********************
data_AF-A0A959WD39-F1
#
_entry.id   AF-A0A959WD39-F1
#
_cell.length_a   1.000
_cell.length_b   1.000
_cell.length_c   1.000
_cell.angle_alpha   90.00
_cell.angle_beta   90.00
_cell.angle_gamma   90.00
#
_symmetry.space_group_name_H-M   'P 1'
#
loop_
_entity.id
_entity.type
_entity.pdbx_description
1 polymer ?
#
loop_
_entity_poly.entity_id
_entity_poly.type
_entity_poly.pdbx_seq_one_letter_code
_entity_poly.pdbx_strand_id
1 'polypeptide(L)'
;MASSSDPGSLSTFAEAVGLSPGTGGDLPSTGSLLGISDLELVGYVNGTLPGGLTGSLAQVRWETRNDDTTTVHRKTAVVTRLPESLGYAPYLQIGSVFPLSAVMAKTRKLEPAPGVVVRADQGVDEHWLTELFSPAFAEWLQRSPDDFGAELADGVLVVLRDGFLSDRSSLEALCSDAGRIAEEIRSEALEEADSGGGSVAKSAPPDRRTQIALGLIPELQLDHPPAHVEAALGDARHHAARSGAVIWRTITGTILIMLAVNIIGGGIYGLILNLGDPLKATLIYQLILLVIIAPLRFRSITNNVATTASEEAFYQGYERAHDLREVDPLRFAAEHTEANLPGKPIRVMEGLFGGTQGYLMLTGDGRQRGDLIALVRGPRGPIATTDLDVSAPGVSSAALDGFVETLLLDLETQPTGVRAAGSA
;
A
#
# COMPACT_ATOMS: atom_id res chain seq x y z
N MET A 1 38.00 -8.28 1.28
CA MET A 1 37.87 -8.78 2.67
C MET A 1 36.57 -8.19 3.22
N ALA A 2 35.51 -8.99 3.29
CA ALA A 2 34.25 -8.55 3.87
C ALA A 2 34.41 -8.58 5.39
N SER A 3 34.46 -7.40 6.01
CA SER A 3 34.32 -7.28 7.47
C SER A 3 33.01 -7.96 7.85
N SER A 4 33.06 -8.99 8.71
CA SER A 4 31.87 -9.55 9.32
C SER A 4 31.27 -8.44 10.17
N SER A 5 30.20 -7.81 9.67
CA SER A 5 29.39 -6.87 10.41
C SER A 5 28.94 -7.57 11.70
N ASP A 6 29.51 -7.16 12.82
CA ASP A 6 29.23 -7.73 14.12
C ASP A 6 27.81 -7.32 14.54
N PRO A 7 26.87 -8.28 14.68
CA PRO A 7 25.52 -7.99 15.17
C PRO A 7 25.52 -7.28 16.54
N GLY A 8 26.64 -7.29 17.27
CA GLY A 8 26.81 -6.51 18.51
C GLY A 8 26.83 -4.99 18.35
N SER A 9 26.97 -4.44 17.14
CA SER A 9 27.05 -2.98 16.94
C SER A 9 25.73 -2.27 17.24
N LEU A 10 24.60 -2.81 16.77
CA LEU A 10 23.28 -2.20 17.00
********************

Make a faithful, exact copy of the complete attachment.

data_AF-A0A959WD39-F1
#
_entry.id   AF-A0A959WD39-F1
#
_cell.length_a   1.000
_cell.length_b   1.000
_cell.length_c   1.000
_cell.angle_alpha   90.00
_cell.angle_beta   90.00
_cell.angle_gamma   90.00
#
_symmetry.space_group_name_H-M   'P 1'
#
loop_
_entity.id
_entity.type
_entity.pdbx_description
1 polymer ?
#
loop_
_entity_poly.entity_id
_entity_poly.type
_entity_poly.pdbx_seq_one_letter_code
_entity_poly.pdbx_strand_id
1 'polypeptide(L)'
;MASSSDPGSLSTFAEAVGLSPGTGGDLPSTGSLLGISDLELVGYVNGTLPGGLTGSLAQVRWETRNDDTTTVHRKTAVVTRLPESLGYAPYLQIGSVFPLSAVMAKTRKLEPAPGVVVRADQGVDEHWLTELFSPAFAEWLQRSPDDFGAELADGVLVVLRDGFLSDRSSLEALCSDAGRIAEEIRSEALEEADSGGGSVAKSAPPDRRTQIALGLIPELQLDHPPAHVEAALGDARHHAARSGAVIWRTITGTILIMLAVNIIGGGIYGLILNLGDPLKATLIYQLILLVIIAPLRFRSITNNVATTASEEAFYQGYERAHDLREVDPLRFAAEHTEANLPGKPIRVMEGLFGGTQGYLMLTGDGRQRGDLIALVRGPRGPIATTDLDVSAPGVSSAALDGFVETLLLDLETQPTGVRAAGSA
;
A
#
# COMPACT_ATOMS: atom_id res chain seq x y z
N MET A 1 38.00 -8.28 1.28
CA MET A 1 37.87 -8.78 2.67
C MET A 1 36.57 -8.19 3.22
N ALA A 2 35.51 -8.99 3.29
CA ALA A 2 34.25 -8.55 3.87
C ALA A 2 34.41 -8.58 5.39
N SER A 3 34.46 -7.40 6.01
CA SER A 3 34.32 -7.28 7.47
C SER A 3 33.01 -7.96 7.85
N SER A 4 33.06 -8.99 8.71
CA SER A 4 31.87 -9.55 9.32
C SER A 4 31.27 -8.44 10.17
N SER A 5 30.20 -7.81 9.67
CA SER A 5 29.39 -6.87 10.41
C SER A 5 28.94 -7.57 11.70
N ASP A 6 29.51 -7.16 12.82
CA ASP A 6 29.23 -7.73 14.12
C ASP A 6 27.81 -7.32 14.54
N PRO A 7 26.87 -8.28 14.68
CA PRO A 7 25.52 -7.99 15.17
C PRO A 7 25.52 -7.28 16.54
N GLY A 8 26.64 -7.29 17.27
CA GLY A 8 26.81 -6.51 18.51
C GLY A 8 26.83 -4.99 18.35
N SER A 9 26.97 -4.44 17.14
CA SER A 9 27.05 -2.98 16.94
C SER A 9 25.73 -2.27 17.24
N LEU A 10 24.60 -2.81 16.77
CA LEU A 10 23.28 -2.20 17.00